3 Yogis Interpret The Gita


Revered by Emerson and Thoreau; endorsed by Gandhi as “his eternal mother;” the most widely read scripture in India, exalted as a love song to the ultimate truth—remains the subject of millennium-long debate over certain passages in the years since it has been published.

Right off the bat, confusion arises from Krishna’s advice to Arjuna.

Arjuna, frozen before a battle, surveys the scene with utter repulsion and dread. He expresses his desperation to Krishna, the god disguised as his charioteer, pleading for guidance. Arjuna’s concerns are completely understandable: he can’t possibly imagine a positive outcome to come from the destruction the battle will cause. Krishna’s surprising response? He must fulfill his duty as a warrior and fight.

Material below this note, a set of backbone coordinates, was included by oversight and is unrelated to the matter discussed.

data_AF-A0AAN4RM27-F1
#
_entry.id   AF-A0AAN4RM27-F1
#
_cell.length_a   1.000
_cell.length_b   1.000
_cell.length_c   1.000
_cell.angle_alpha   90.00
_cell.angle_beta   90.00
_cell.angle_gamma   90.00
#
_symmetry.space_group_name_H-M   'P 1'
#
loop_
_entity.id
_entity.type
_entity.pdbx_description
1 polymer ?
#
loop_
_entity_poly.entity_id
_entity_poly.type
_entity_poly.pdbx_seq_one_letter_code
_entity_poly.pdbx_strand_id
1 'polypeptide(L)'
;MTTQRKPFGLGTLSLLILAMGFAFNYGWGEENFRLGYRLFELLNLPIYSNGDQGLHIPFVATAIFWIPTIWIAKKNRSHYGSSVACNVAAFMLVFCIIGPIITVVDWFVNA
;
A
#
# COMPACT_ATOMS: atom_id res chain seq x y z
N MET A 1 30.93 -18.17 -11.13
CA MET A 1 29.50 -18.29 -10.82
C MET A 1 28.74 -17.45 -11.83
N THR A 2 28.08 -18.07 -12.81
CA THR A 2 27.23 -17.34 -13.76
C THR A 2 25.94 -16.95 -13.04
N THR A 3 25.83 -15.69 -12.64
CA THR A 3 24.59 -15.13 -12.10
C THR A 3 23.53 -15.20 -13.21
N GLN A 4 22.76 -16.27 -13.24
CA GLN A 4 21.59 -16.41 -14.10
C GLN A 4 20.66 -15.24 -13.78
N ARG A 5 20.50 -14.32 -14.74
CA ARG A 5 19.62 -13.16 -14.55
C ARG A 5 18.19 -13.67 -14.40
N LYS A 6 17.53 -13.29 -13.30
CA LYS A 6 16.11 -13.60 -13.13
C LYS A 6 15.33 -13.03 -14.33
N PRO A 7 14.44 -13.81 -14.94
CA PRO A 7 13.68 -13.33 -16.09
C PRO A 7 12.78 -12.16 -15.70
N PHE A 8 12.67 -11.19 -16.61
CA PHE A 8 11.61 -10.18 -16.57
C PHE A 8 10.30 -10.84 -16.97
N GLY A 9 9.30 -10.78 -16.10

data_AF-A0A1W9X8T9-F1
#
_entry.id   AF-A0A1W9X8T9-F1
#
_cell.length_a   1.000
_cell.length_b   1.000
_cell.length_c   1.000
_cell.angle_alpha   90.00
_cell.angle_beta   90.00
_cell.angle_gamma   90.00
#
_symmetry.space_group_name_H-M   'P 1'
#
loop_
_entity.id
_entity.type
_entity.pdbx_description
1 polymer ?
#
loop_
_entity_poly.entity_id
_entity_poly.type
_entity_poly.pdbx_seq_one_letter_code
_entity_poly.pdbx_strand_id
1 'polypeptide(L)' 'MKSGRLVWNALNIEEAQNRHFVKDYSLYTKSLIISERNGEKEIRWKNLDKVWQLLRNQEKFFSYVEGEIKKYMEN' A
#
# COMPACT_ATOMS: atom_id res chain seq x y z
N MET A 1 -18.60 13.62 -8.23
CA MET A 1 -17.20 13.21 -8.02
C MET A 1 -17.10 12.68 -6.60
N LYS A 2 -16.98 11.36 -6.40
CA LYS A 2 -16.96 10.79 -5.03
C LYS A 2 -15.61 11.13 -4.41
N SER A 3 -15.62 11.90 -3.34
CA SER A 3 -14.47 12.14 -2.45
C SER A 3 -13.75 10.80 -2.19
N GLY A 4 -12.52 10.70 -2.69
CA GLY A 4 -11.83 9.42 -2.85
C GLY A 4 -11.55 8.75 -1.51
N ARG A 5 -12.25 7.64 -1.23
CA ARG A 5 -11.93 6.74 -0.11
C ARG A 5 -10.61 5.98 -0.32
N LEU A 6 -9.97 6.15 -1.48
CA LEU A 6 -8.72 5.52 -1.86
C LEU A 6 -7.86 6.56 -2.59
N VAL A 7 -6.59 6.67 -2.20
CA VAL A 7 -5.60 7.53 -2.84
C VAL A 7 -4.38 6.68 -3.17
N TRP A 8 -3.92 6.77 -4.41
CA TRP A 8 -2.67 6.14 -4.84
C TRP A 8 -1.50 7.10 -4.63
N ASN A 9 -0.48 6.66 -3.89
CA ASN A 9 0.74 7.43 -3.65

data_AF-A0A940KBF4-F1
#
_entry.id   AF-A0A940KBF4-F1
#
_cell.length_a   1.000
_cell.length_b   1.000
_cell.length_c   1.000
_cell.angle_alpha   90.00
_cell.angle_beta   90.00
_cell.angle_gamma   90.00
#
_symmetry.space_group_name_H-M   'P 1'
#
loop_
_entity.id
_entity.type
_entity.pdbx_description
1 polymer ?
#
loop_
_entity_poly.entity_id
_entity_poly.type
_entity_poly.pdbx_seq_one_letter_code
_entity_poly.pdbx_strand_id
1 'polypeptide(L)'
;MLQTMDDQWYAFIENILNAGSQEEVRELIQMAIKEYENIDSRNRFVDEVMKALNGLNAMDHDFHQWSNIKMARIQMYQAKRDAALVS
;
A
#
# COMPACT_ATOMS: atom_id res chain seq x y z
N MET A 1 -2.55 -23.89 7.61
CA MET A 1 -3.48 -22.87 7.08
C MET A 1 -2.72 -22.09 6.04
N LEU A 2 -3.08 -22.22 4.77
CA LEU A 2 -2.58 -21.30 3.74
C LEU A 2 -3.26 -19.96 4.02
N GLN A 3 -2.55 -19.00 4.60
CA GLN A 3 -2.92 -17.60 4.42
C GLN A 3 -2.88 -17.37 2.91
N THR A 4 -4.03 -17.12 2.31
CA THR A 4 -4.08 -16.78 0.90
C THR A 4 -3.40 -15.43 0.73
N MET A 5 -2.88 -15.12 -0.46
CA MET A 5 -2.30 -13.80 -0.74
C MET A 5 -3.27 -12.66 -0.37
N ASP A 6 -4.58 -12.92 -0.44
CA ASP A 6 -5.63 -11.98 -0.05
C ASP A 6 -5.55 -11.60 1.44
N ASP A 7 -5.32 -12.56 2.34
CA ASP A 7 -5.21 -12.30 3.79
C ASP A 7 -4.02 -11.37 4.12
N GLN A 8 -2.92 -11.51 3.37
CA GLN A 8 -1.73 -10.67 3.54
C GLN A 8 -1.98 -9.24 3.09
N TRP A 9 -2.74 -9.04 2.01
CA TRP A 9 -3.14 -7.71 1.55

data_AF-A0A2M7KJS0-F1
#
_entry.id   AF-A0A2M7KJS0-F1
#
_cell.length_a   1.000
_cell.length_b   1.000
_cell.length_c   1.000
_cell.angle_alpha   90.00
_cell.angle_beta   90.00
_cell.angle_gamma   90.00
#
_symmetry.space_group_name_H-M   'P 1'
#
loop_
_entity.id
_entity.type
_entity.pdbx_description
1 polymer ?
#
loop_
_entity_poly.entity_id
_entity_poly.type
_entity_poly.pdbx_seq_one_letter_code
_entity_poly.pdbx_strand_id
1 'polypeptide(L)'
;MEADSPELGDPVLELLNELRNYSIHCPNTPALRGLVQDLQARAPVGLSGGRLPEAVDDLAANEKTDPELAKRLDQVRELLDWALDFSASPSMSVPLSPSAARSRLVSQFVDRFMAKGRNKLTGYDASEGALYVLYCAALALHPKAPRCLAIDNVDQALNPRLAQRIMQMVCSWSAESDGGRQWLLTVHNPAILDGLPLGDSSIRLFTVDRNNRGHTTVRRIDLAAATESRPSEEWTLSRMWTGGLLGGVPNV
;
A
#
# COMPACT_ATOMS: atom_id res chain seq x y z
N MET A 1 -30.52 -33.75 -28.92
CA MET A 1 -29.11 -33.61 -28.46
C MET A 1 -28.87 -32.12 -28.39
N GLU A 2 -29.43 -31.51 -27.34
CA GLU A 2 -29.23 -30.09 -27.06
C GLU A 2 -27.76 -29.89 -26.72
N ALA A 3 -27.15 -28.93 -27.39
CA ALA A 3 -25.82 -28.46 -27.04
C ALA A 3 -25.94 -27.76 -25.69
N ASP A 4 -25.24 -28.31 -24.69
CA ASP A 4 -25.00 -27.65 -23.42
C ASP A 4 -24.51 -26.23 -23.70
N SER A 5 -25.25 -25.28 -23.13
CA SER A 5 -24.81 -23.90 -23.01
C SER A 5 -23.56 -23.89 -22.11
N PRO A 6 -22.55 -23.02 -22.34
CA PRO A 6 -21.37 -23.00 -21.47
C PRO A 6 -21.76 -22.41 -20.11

“One believes he is the slayer, another believes he is the slain...Realizing that which is indestructible, eternal, unborn, and unchanging, how can you slay or cause another to slay?” (2:16-2:21).

This passage, where the ultimate proponent of ahisma seemingly advocates for war, is the subject of endless debate. So, I spoke with three NYC-based yoga teachers to find out: Why does Krishna tell the distraught warrior to fight in war? Is there truth to be gleaned from his words, even in modern times?

Miles Borrero, a well-respected teacher at Pure East, and Prema Brooklyn, believes that Krishna’s advice comes from the reality that life is going to make you take a stand at some